The Cornell Library YouTube page has been restored after it was terminated last week over nudity content
ITHACA, NY—You wouldn’t think of the Cornell University Library YouTube page as a center of controversy. A quick look at his upload history shows that most videos on the page get less than 1,000 views, and his most popular video is a 2019 exploration of “Roman Emperors from Augustus to Constantine.”
So it was to everyone’s surprise, at the end of last week, that the rumor started to spread that the Cornell Library Page had been completely erased and the account closed. This meant losing 114 mostly academic lecture videos presented by academics on a wide variety of topics.
It’s unclear who or what reported the channel, but the reason for the temporary measure appears to have been nudity in at least one of the videos posted by the page three weeks ago. The subject of these videos was 1980s feminism, namely “The Feminist Sex Wars: A Retrospective by Gayle Rubin” and “Making a Lesbian Sex Magazine in the Age of Feminist Sex Wars”.
The two talks, held in late April, focused on the LGBTQ and feminist magazine “On Our Backs” and the first lesbian erotica magazine, which was the subject of a commemorative exhibit at the library. The complaint appears to have been filed over this latest video, which now has a content warning attached to the beginning of the video. There are at least three depictions of female nudity during the presentations, as examples of what “On Our Backs” was posting.
A statement from Cornell University called the complete erasure of the channel a “suspension”, although others called it a “termination”. It’s unclear if the deleted page was the result of a complaint from a real person or if the AI content moderation software flagged the video itself and started the process afterwards.
YouTube did not respond to The Voice of Ithaca with an official comment.
“The Cornell University Library’s YouTube suspension followed a scholarly academic exhibit that contained nudity,” the university said. “The university appealed the decision. After reviewing the matter, YouTube found that we had not violated its policies and restored the library account. »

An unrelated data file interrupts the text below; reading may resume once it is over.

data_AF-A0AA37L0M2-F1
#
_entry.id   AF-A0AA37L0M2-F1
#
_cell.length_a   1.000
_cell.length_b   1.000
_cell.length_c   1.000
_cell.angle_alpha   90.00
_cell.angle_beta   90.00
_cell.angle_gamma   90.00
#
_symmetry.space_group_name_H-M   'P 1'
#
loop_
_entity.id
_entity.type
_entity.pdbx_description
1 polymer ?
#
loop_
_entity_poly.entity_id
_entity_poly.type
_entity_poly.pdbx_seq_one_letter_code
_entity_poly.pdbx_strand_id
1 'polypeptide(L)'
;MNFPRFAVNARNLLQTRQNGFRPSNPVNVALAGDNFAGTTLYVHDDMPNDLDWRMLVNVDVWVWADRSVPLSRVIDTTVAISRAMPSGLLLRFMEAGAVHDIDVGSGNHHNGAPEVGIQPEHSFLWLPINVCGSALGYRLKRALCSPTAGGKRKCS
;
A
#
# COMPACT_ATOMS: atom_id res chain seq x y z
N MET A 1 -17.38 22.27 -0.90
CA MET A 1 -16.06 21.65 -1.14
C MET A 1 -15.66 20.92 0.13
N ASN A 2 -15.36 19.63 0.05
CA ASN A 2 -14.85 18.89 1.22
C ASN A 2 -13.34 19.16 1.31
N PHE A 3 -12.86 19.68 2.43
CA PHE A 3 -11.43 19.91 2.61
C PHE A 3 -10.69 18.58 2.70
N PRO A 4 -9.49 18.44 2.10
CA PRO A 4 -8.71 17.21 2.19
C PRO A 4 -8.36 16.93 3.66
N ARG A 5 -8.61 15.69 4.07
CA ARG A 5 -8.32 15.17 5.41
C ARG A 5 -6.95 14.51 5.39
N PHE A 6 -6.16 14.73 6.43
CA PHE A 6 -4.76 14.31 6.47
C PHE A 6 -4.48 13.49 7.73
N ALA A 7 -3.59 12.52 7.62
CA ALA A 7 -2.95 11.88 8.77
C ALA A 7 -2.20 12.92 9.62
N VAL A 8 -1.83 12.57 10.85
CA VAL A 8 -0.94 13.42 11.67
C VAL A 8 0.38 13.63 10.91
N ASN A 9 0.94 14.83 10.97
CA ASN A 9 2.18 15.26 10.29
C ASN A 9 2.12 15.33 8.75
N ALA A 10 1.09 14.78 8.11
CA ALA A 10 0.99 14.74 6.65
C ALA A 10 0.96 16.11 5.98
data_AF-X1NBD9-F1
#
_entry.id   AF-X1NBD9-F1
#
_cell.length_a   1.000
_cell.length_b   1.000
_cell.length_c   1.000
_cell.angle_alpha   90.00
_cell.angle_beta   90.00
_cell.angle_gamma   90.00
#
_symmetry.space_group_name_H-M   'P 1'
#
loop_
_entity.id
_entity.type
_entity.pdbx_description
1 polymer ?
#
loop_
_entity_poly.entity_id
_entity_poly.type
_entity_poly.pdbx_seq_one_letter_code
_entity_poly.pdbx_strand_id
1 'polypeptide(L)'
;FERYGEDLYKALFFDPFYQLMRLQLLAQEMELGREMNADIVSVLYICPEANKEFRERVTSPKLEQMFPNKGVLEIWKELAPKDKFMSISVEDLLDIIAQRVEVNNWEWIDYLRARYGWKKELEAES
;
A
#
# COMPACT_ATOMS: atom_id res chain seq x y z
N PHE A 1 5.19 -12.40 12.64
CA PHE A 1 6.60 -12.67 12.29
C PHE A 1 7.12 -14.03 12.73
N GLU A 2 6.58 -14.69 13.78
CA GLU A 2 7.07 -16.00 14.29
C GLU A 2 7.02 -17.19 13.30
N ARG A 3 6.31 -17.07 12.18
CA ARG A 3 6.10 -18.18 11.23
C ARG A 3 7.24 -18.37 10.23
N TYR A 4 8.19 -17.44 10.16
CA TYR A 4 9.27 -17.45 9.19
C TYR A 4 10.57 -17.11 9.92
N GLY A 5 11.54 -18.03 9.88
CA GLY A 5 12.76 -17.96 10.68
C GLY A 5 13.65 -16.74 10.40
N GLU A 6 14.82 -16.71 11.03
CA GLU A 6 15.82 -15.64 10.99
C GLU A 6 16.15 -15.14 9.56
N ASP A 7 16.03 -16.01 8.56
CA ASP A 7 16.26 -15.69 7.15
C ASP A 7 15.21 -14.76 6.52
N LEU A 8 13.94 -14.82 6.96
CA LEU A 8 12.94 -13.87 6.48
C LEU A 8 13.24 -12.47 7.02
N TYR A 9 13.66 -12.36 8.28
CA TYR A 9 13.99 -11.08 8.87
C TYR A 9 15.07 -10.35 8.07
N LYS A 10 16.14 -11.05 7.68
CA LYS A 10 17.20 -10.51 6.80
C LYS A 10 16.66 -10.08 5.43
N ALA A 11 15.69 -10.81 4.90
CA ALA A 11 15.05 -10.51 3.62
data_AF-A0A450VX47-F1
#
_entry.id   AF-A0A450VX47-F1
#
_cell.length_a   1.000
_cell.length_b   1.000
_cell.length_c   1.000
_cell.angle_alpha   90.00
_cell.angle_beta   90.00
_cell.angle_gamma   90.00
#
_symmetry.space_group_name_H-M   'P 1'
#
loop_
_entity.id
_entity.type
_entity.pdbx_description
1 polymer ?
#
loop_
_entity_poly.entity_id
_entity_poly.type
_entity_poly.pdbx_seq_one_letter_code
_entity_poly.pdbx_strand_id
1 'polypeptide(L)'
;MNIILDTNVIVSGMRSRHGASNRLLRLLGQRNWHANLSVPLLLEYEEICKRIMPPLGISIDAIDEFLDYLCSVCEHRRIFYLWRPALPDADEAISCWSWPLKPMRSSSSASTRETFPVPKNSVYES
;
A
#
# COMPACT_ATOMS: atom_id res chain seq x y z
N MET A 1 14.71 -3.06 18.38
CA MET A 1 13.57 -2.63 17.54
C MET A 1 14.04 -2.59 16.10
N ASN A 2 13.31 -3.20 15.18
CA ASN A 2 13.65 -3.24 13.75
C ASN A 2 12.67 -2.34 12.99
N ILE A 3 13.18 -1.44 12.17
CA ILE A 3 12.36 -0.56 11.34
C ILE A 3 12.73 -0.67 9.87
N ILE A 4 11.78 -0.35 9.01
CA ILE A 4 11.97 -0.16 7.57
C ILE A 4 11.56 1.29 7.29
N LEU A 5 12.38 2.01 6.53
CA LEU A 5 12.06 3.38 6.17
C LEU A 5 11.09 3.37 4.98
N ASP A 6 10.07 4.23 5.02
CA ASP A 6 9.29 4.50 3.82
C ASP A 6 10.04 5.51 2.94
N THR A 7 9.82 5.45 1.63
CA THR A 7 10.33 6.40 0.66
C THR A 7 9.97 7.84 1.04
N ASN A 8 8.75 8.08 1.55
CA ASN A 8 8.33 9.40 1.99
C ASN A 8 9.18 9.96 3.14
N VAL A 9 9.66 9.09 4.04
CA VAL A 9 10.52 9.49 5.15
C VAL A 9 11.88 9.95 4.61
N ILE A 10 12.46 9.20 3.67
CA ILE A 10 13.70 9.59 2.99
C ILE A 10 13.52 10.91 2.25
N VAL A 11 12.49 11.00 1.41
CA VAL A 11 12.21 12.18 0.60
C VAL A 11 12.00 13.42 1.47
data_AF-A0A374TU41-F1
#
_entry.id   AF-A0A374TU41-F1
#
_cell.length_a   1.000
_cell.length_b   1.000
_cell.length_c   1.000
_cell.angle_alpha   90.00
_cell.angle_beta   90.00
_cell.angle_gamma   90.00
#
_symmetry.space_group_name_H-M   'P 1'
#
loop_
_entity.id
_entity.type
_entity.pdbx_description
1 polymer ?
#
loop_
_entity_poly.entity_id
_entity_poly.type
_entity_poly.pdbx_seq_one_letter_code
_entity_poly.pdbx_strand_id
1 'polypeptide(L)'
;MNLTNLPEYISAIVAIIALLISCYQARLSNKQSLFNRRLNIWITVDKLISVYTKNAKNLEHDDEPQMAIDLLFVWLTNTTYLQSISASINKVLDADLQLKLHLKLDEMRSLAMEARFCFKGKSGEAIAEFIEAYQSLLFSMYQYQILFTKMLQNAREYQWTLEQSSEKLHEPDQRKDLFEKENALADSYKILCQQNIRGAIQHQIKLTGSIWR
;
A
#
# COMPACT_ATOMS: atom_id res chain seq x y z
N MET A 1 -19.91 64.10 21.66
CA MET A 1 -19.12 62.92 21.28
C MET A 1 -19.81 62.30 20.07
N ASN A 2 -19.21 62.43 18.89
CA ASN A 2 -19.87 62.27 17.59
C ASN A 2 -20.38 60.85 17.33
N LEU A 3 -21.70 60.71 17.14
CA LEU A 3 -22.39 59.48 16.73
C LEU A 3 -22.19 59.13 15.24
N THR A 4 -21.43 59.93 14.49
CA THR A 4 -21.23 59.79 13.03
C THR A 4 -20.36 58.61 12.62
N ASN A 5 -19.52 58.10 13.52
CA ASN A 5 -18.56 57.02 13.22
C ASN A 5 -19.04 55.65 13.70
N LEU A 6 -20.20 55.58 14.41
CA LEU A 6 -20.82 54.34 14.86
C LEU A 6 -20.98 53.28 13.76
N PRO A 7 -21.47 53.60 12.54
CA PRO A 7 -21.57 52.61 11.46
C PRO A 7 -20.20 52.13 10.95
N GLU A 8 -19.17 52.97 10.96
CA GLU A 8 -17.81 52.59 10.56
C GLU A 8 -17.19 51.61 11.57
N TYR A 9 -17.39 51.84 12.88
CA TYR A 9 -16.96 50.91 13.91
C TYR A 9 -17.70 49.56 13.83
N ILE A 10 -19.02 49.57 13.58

“Anyone not interested in feminist politics would probably have fallen asleep.”
Susie Bright, the speaker who presented in the reported video and founder of “On Our Backs” magazine, addressed the situation as it unfolded in a post on its websiteas of June 17.
“We don’t know if there was a complaint, or if this was just their usual harrowing of ever-changing terms and conditions,” Bright wrote. “Needless to say, the OOB the speakers were fully clothed and rather obsessed with our historical narrative. Anyone not interested in feminist politics would probably have fallen asleep.
On June 22, Bright updated the post to say the videos had been restored and the account reinstated, thanking her readers and others who had expressed anger at YouTube’s action, which she said could have helped influence the reversal. His original post also includes the following quote.
“I have to laugh, really, thinking about how the termination of Google over the past two weeks has erased all of Cornell’s lectures on higher math and plate tectonics, fashion design and human ecology, Classical Greek and MBA best practices – yes, EVERYTHING, has been ‘finished’ by Google because they and their AI moderators are so concerned about ‘sensitive content’,” Bright wrote. “They don’t I agree that feminist history is indeed a touchy subject.
Bright said she heard other similar stories about other universities following Cornell’s situation that Rutgers University’s Center for Genocide and Human Rights closed its Facebook page at some point after making reference to the Holocaust. In an interview, she expressed some optimism that so many people had taken notice of the situation and made their support known on social media, although a little jaded to have faced another episode of censorship. . But a career in feminist writing has given Bright extensive experience with such an issue.
“To have that groundswell, I think there’s an inflection point in corruption, incompetence and insensitivity in what it means to have moderation right now,” Bright said.